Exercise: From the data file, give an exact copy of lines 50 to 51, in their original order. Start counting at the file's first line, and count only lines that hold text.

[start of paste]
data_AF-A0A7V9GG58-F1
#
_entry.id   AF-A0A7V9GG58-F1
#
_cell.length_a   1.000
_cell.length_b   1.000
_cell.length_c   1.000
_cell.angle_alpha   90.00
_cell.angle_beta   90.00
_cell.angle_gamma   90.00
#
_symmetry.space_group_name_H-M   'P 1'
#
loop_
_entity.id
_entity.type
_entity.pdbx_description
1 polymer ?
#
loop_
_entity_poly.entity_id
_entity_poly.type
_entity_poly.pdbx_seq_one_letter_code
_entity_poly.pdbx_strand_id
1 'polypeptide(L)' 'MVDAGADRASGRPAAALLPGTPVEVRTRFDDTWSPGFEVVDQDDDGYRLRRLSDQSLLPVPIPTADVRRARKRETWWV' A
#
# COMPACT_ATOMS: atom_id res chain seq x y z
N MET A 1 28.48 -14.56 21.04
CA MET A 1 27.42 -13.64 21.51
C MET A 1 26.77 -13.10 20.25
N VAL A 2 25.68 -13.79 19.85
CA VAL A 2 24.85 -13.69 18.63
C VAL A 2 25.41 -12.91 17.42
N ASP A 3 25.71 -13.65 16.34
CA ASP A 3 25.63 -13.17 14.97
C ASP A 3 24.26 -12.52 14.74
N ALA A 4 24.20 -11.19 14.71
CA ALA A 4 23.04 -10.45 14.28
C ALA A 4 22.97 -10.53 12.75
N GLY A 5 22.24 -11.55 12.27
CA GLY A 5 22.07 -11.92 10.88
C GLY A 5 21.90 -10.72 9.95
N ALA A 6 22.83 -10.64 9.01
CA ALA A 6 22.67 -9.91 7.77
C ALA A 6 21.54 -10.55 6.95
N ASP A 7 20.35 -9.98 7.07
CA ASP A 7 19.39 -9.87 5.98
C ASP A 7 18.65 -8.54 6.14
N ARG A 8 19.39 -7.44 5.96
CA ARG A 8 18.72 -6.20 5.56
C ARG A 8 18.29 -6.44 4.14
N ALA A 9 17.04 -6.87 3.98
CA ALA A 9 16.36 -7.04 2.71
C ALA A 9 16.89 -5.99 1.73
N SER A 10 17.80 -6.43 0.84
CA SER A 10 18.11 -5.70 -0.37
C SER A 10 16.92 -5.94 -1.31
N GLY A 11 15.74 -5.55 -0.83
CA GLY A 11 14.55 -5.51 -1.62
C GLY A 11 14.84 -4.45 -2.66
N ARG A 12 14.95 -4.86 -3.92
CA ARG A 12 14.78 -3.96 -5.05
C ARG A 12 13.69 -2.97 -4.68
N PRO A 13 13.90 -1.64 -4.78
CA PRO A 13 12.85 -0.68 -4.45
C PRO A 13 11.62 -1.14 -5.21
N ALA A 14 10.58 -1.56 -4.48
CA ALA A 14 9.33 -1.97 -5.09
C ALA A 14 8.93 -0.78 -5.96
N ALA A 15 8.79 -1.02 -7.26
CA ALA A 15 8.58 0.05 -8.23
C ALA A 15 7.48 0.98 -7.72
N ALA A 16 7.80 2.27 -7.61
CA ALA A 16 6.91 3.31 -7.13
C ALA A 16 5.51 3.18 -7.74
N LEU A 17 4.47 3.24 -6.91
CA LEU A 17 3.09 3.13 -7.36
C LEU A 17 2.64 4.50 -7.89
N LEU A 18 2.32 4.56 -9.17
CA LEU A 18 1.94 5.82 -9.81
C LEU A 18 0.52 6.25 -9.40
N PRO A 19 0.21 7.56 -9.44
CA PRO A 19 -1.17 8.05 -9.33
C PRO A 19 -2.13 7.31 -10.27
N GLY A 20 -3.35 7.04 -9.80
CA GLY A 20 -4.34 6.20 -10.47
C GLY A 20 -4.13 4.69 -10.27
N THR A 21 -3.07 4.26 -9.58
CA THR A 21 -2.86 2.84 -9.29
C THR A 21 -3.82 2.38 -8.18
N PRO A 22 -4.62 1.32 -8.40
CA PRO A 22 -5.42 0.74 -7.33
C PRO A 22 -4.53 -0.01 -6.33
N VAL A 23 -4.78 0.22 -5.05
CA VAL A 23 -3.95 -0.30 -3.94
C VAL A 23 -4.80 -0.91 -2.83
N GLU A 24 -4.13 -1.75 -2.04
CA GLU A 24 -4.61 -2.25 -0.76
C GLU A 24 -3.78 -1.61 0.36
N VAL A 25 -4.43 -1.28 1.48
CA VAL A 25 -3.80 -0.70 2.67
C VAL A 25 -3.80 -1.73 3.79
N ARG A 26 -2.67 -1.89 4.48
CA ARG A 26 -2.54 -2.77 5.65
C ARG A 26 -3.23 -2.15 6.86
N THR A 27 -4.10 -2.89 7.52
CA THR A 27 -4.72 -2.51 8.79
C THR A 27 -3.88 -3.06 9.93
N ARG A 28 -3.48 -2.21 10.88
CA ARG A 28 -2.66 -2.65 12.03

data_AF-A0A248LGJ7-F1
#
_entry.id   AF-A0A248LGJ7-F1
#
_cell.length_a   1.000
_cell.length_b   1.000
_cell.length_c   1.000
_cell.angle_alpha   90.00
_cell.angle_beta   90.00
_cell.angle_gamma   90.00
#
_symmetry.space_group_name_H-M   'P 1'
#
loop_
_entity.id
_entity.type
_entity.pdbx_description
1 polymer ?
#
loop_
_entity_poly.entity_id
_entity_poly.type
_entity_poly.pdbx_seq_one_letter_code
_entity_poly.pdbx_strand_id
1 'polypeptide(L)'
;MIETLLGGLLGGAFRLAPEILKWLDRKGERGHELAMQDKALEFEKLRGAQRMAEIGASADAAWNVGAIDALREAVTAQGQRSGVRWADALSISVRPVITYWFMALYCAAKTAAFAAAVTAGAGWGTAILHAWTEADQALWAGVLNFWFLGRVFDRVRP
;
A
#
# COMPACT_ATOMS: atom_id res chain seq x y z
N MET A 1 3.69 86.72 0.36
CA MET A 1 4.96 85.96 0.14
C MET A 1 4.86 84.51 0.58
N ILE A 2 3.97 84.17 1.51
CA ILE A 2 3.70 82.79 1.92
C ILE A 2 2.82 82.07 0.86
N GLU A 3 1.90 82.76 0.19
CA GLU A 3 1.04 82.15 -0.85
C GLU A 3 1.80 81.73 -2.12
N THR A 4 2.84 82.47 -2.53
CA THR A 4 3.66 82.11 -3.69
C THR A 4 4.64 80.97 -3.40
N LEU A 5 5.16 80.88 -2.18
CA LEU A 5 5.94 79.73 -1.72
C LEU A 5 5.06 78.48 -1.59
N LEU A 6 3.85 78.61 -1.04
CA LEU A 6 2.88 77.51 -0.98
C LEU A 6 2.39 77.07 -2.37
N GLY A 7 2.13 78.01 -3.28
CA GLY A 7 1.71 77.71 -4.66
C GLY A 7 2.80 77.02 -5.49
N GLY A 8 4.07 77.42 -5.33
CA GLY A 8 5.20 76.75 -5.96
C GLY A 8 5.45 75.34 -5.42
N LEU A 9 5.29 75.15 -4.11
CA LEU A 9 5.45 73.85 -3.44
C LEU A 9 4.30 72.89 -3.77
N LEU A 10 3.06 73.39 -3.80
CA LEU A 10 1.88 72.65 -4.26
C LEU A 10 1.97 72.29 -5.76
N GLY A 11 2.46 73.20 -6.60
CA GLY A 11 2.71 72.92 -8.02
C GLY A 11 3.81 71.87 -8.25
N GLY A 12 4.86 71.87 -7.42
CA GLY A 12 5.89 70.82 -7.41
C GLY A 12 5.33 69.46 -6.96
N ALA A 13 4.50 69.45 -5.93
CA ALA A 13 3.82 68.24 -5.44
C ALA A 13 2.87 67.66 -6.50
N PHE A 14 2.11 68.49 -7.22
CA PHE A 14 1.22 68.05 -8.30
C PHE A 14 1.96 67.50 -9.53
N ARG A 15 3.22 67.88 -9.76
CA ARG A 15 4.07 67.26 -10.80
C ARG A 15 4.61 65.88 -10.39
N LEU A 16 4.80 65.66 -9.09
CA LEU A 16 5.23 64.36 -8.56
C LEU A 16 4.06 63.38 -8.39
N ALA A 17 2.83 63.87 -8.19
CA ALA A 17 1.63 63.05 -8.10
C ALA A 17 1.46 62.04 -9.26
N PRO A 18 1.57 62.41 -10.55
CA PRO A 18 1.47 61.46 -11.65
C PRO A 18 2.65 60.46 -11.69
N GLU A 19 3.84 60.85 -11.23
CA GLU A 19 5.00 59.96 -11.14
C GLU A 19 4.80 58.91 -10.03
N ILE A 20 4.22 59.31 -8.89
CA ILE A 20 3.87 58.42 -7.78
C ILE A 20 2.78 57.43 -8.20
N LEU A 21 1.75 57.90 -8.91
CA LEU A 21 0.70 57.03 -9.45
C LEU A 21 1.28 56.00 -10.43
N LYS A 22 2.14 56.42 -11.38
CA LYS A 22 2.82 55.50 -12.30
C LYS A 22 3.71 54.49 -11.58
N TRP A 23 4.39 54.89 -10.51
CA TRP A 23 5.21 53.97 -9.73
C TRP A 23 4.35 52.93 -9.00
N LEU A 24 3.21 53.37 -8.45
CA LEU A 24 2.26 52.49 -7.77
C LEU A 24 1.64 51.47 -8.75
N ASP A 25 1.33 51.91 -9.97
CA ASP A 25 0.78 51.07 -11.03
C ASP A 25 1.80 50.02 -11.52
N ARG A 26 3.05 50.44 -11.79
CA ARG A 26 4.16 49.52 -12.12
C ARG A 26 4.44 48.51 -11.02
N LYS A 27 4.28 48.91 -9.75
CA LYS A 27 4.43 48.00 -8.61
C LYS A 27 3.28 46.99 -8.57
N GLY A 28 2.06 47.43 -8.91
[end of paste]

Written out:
CA ARG A 8 18.72 -6.20 5.56
C ARG A 8 18.29 -6.44 4.14